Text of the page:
Will our data remain securely stored in their portion of the cloud?
Will our data always be there when we need to access it?
“A lot of people feel, ‘Oh, everything is really on my computer,’ but I say the more we transfer everything onto the web, onto the cloud, the less we’re going to have control over it . . . I really worry about everything going to the cloud,” warned Wozniak.
The lack of having direct control and, in a sense, “ownership” of our data once it is stored in the cloud is obviously of great concern to Wozniak.
“I want to feel that I own things,” he said.
Granted, once our information is in the cloud, it is essentially being stored on a hard disk or data-server in a physical building – someplace.
Our cloud-based data could be stored inside a data center in the same or different state we live in.
Can I also suggest some of our data might even be stored in a different country?
Our cloud-based data can only be accessed via an Internet or direct network connection of some kind.
What would happen if that remote cloud-based server or data center experienced some catastrophe?
We assume our data is redundantly stored or safely backed-up onto data servers in other geographic locations.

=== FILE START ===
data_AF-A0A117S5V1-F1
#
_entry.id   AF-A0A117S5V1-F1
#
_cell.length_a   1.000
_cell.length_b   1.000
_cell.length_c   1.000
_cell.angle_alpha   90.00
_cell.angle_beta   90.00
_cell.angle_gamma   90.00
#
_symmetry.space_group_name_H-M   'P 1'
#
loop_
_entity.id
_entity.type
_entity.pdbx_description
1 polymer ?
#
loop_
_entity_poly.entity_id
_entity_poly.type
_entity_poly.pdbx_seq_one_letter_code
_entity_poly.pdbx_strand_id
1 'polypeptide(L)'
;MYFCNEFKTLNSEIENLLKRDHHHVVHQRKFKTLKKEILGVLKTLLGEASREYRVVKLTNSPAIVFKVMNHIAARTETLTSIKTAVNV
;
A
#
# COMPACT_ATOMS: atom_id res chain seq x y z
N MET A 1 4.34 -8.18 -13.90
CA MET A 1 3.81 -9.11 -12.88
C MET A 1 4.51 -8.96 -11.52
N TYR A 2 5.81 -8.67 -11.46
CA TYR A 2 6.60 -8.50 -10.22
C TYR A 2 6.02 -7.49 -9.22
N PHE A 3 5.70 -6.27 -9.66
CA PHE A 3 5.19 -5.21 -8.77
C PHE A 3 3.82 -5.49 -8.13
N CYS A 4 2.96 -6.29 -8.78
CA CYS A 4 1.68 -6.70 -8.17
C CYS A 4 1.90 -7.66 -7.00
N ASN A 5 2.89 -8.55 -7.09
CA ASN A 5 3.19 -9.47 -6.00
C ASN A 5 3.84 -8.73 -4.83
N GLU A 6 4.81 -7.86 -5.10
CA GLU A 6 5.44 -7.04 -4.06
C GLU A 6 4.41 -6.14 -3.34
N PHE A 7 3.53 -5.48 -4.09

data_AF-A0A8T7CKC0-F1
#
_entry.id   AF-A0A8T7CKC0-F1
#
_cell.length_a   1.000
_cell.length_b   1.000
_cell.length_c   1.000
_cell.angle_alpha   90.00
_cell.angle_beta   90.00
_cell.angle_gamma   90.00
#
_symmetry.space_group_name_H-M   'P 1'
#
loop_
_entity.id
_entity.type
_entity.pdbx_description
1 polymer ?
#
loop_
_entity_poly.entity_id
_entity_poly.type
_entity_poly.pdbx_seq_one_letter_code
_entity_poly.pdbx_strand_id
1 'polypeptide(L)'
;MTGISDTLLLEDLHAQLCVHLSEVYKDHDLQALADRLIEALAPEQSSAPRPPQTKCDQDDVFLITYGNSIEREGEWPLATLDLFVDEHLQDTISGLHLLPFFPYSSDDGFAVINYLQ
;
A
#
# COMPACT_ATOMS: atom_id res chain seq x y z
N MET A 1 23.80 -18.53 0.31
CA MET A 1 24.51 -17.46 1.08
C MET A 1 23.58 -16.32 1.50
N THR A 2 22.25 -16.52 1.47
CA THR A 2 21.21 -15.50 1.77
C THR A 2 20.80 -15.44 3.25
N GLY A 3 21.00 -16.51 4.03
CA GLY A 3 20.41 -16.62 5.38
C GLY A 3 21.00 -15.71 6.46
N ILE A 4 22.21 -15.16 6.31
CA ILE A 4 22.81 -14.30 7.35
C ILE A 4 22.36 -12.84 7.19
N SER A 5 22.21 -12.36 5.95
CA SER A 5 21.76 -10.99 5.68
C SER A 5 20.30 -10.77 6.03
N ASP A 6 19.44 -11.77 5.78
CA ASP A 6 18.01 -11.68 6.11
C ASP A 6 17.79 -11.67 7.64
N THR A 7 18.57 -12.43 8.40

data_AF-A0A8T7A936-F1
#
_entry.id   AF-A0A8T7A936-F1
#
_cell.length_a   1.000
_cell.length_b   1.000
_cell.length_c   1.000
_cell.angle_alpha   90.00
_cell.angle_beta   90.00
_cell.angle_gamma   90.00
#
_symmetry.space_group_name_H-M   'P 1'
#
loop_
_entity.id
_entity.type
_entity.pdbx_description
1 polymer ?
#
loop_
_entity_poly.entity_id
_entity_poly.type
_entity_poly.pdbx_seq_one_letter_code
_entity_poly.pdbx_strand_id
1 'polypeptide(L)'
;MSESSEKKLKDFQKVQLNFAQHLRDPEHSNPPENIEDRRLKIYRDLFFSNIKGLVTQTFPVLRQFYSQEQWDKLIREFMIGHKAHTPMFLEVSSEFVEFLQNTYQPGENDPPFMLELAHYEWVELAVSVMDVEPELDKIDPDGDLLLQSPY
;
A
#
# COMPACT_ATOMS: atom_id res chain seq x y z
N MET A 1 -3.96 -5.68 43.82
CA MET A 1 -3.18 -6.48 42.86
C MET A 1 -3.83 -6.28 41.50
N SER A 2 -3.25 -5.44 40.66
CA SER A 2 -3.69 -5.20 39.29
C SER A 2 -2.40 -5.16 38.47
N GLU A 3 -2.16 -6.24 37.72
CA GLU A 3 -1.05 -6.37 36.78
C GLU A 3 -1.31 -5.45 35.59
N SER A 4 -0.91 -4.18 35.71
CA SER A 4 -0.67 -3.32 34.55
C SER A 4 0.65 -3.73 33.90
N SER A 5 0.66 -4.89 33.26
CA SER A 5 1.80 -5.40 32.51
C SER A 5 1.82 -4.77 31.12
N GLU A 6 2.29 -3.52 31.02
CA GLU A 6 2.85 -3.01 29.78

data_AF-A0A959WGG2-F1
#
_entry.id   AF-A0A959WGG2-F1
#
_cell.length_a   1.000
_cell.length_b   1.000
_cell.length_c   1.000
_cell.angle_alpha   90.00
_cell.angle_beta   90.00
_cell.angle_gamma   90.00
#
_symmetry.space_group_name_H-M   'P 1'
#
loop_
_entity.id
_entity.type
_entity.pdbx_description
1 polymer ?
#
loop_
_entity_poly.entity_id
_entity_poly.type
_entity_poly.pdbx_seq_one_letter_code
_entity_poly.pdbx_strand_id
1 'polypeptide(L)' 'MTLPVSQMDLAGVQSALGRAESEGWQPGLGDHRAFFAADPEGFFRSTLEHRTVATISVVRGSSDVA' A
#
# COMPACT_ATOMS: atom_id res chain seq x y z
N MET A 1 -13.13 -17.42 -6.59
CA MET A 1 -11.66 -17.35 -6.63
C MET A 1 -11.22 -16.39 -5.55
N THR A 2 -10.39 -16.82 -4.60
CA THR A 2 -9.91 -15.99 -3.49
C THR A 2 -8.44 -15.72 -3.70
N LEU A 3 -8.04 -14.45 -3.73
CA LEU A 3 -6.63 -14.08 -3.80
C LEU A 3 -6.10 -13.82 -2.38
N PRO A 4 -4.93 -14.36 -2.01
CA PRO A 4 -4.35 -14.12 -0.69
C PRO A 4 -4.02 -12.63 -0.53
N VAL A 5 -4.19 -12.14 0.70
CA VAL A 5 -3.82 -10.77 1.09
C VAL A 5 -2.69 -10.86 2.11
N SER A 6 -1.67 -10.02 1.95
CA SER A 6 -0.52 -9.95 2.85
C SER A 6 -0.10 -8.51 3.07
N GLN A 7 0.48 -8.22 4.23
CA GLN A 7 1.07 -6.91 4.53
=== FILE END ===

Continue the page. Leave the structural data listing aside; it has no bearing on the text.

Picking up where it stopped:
Years ago, when I worked at my home town’s telephone company, we would back up important information from the digital telephone switching system onto magnetic tape cartridges and store them off-site. In the event of some calamity occurring with the digital equipment, or if a disaster would hit the physical building itself and destroy the digital switch, the safely stored off-site information would be retrievable – and thus could be loaded back onto a new digital telephone switching system.
How confident are we about our information being safely kept in the cloud?
The words of Steve Wozniak should be listened to, and they should give us some pause to think about our data being stored in the cloud.
We should be asking questions, such as:
• Besides ourselves, could someone else access our cloud-stored data?
• How is our data backed-up in the cloud?
• How secure, how protected is our data in the cloud?
• Is the data stored in the cloud encrypted?
• Could our data stored in the cloud be compromised in any way?
• Is the information being stored in the cloud “nonpublic” or, is it viewable by certain business or government entities?
• When I delete information I have stored in the cloud, is it permanently removed from all of the data servers in the cloud?
For a business, you would want to know where your data is being physically stored; I would ask where the data servers are geographically located and what disaster recovery plans the cloud-based service vender has.
I would also ask a business IT cloud-based service provider if they themselves have a back-up cloud provider that keeps in-sync with them in the event they, as my business’s primary cloud-based IT vender, experienced some disaster resulting in the loss of my data.
Folks, it’s time to take a closer look at the pros and cons of storing our data solely out in the cloud.